Fort Worth, TX (WiredPRNews.com)—Internet giant Google hopes to make decades of published newspaper material available to everyone by digitizing the archives and making them available online.
According to a New York Times.com article by Miguel Helft, published on September 9, 2008, Google has been scanning the microfilm of some publications, like the New York Times, the Washington Post and Time magazine so they can be searched via Google News. Google will place ads next to the search results and will share the revenue with the participating newspapers.
The digitization efforts, which Google pays for, can eventually deliver much needed revenue to newspapers around the country. A June 29, 2008 AP article by Seth Sutel, which appeared in Yahoo.com’s Finance News, showed that major newspapers have slashed a significant number of employees this year. These newspapers, according to the article, are the Hartford Courant, the Baltimore Sun, the Palm Beach Post, The Detroit Free Press, the Boston Herald and the Detroit News.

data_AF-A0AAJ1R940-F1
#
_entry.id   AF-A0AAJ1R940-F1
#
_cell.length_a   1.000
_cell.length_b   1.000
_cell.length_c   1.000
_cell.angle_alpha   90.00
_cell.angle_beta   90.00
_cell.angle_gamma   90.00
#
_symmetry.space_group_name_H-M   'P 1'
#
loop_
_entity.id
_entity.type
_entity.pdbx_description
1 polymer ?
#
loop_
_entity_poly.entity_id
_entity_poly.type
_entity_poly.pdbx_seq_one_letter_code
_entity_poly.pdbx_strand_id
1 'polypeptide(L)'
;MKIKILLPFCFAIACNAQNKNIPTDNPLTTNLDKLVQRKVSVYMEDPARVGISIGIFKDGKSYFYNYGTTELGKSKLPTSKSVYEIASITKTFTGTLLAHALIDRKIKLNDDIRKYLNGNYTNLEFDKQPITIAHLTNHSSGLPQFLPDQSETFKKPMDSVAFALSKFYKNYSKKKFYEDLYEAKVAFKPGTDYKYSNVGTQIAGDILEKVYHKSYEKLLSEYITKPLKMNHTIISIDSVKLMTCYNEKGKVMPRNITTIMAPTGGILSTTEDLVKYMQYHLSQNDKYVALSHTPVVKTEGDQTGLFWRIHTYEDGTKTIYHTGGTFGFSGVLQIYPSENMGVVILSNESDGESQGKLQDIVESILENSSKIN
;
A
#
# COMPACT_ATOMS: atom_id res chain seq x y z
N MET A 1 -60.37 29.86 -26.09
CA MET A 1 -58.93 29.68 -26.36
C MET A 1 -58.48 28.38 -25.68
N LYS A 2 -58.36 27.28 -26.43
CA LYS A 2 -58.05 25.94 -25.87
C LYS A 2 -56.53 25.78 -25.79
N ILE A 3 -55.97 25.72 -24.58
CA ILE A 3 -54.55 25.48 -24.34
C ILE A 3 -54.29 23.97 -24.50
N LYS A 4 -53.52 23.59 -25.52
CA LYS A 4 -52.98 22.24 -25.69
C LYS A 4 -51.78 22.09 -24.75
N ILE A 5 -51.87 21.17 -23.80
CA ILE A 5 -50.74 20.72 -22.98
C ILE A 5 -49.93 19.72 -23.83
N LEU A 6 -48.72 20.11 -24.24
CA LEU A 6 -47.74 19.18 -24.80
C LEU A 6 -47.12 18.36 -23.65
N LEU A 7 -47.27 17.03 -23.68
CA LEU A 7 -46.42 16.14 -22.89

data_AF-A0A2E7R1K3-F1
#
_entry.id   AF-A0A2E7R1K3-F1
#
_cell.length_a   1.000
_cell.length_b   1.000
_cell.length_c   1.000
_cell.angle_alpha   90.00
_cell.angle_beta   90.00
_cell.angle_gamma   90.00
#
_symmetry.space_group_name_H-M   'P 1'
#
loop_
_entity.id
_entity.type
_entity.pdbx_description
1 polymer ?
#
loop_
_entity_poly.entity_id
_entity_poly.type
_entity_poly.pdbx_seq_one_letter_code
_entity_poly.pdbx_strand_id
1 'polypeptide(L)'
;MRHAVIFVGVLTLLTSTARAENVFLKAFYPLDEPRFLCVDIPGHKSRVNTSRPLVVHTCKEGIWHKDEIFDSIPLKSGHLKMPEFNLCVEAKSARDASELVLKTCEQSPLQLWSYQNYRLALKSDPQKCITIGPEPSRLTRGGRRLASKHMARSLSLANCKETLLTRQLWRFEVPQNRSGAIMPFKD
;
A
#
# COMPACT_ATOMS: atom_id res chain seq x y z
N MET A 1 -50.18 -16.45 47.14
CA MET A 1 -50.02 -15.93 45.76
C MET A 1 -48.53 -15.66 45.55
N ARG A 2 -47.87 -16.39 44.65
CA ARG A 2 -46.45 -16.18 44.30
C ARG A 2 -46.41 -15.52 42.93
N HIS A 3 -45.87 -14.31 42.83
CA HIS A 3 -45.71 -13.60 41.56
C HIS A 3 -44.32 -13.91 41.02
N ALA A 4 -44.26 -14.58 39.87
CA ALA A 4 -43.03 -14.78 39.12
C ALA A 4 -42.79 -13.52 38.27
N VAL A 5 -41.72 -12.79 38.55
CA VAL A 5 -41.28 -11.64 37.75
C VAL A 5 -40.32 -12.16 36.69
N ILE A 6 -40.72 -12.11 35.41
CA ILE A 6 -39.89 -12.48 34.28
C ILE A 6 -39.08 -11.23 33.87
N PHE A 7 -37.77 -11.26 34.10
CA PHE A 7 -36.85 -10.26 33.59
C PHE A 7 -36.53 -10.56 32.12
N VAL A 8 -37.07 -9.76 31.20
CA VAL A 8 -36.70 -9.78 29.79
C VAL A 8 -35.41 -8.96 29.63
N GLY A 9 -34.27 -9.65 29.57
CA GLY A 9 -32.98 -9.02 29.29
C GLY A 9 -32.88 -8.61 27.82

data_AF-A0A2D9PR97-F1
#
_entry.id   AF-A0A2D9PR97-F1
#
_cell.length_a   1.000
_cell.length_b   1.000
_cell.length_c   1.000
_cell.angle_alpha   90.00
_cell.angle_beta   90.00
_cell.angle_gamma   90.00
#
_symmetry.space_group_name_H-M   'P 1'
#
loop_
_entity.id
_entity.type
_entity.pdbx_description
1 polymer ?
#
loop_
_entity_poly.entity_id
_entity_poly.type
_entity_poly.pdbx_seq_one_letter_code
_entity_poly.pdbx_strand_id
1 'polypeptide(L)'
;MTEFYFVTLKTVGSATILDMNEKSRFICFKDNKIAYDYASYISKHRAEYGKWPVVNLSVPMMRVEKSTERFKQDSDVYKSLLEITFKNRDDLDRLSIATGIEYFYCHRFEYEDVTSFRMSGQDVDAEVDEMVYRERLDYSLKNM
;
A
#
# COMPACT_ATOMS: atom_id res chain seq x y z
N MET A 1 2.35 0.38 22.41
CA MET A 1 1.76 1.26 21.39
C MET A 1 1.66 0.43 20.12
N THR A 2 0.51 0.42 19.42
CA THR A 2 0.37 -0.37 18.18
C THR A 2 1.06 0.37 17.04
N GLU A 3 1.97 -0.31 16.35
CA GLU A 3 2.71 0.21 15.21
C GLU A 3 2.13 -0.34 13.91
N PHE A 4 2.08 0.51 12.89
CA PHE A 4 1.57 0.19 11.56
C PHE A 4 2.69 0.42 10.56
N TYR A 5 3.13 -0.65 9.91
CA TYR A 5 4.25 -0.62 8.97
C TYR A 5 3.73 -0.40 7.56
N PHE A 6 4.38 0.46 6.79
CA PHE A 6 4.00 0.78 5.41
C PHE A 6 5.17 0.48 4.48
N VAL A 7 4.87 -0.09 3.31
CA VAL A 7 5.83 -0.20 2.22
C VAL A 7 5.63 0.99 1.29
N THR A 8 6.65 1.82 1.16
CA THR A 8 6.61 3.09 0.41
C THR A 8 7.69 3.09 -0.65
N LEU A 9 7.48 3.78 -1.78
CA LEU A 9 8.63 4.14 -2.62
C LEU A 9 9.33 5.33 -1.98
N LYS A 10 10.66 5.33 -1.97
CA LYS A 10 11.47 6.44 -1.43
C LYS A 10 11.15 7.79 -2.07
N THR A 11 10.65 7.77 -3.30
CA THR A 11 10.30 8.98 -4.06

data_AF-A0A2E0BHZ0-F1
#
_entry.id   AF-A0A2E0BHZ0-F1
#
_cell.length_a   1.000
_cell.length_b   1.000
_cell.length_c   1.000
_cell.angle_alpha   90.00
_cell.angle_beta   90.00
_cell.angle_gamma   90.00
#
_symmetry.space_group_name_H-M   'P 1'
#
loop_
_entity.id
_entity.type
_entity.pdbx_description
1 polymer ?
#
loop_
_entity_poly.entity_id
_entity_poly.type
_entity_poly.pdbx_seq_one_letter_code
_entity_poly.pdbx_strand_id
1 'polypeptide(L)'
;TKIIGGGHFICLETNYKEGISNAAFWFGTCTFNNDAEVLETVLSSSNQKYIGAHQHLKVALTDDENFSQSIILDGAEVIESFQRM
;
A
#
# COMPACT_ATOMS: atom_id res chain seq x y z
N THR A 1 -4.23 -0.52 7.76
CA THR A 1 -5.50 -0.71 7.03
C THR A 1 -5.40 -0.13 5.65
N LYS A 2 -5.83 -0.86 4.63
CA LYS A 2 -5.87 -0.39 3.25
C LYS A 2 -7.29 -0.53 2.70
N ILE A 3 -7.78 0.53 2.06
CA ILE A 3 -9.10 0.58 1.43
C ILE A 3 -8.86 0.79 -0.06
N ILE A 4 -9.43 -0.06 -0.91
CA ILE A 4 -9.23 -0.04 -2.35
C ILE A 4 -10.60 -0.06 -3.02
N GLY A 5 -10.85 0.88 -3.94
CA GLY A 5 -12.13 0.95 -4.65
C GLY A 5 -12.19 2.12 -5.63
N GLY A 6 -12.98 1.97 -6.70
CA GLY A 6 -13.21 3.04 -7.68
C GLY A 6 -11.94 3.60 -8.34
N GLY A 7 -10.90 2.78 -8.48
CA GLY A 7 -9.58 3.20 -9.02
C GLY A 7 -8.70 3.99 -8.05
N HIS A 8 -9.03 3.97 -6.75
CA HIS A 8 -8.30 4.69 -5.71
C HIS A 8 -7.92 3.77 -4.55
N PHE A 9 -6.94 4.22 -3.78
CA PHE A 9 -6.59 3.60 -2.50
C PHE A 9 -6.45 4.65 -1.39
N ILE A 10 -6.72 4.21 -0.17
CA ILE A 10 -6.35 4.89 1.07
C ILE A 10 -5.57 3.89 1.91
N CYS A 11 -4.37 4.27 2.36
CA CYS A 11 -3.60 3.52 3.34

Ironically, the meteoric rise of free online sites that deliver news and local classifieds have contributed to the financial troubles of hard copy publications, according to the Associated Press article. It cited Craigslist.com, which delivers free clickable classified ads, and autotrader.com as competitors that have done the most damage.
Classified ad revenue, according to the AP article, dropped nearly 25% in one year. Overall ad revenue, which is where newspapers make 90% of their money, was down 12%.
Google isn’t the only one digitizing newspaper archives, according to The New York Times.com article. A joint effort between the Library of Congress and the National Endowment for the Humanities has been making a digital archive of some papers, dating from the 1830s to the 1920s.